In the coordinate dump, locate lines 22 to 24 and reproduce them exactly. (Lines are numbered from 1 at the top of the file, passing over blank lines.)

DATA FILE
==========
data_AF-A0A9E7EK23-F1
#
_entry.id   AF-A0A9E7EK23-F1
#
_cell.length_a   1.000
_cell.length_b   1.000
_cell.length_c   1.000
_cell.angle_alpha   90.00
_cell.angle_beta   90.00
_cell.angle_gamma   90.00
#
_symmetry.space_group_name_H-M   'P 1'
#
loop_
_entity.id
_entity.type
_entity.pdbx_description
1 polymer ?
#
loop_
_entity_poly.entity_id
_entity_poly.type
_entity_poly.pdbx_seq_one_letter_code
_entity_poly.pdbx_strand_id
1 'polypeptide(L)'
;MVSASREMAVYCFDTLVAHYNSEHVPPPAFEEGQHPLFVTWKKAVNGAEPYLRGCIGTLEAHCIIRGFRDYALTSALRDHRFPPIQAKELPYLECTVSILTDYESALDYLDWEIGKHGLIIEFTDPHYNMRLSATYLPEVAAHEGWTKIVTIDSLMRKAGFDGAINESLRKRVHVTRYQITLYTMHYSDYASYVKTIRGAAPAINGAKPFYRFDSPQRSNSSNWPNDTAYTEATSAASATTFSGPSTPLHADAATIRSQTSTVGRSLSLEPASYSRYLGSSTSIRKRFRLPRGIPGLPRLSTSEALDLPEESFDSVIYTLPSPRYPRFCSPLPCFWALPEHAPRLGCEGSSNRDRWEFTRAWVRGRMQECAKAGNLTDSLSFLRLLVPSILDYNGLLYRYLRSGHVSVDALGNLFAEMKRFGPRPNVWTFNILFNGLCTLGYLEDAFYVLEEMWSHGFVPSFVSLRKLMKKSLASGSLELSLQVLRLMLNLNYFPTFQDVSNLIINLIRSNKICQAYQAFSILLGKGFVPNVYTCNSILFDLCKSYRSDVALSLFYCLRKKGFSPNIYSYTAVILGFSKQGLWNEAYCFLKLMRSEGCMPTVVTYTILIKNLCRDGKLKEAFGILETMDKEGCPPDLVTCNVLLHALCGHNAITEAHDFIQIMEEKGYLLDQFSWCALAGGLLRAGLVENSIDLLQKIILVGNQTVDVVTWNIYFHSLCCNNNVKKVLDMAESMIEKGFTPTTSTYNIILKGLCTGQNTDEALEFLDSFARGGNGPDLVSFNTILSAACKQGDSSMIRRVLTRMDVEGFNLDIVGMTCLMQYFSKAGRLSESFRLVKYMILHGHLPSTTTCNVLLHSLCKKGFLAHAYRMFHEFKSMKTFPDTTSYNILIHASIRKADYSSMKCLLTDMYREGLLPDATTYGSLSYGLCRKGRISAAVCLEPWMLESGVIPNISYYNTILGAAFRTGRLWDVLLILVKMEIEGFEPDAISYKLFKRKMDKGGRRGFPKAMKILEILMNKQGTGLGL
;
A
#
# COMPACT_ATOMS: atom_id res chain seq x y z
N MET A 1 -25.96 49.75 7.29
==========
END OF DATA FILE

_entity_poly.type
_entity_poly.pdbx_seq_one_letter_code
_entity_poly.pdbx_strand_id